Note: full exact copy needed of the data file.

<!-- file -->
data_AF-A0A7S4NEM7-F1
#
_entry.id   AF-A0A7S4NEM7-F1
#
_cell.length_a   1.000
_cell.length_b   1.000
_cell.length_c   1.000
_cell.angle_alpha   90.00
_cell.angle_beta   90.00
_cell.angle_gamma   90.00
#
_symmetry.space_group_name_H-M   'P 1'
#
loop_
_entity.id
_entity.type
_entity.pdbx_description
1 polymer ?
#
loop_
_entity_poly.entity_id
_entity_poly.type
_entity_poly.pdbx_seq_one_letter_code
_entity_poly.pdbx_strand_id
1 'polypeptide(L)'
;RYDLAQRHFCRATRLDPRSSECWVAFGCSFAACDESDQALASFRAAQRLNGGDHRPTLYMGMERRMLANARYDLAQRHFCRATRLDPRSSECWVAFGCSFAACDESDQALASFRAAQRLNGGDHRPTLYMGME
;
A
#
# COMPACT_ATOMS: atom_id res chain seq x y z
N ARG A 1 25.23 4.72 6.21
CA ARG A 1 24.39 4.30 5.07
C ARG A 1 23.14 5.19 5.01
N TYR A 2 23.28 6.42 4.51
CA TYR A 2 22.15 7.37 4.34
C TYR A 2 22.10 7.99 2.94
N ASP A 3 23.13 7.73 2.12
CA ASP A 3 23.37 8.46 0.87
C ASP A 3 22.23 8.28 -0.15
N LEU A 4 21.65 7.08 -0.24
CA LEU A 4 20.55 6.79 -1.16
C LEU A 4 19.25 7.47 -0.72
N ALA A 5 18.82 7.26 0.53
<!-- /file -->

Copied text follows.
data_AF-A0A7S4NEM7-F1
#
_entry.id   AF-A0A7S4NEM7-F1
#
_cell.length_a   1.000
_cell.length_b   1.000
_cell.length_c   1.000
_cell.angle_alpha   90.00
_cell.angle_beta   90.00
_cell.angle_gamma   90.00
#
_symmetry.space_group_name_H-M   'P 1'
#
loop_
_entity.id
_entity.type
_entity.pdbx_description
1 polymer ?
#
loop_
_entity_poly.entity_id
_entity_poly.type
_entity_poly.pdbx_seq_one_letter_code
_entity_poly.pdbx_strand_id
1 'polypeptide(L)'
;RYDLAQRHFCRATRLDPRSSECWVAFGCSFAACDESDQALASFRAAQRLNGGDHRPTLYMGMERRMLANARYDLAQRHFCRATRLDPRSSECWVAFGCSFAACDESDQALASFRAAQRLNGGDHRPTLYMGME
;
A
#
# COMPACT_ATOMS: atom_id res chain seq x y z
N ARG A 1 25.23 4.72 6.21
CA ARG A 1 24.39 4.30 5.07
C ARG A 1 23.14 5.19 5.01
N TYR A 2 23.28 6.42 4.51
CA TYR A 2 22.15 7.37 4.34
C TYR A 2 22.10 7.99 2.94
N ASP A 3 23.13 7.73 2.12
CA ASP A 3 23.37 8.46 0.87
C ASP A 3 22.23 8.28 -0.15
N LEU A 4 21.65 7.08 -0.24
CA LEU A 4 20.55 6.79 -1.16
C LEU A 4 19.25 7.47 -0.72
N ALA A 5 18.82 7.26 0.53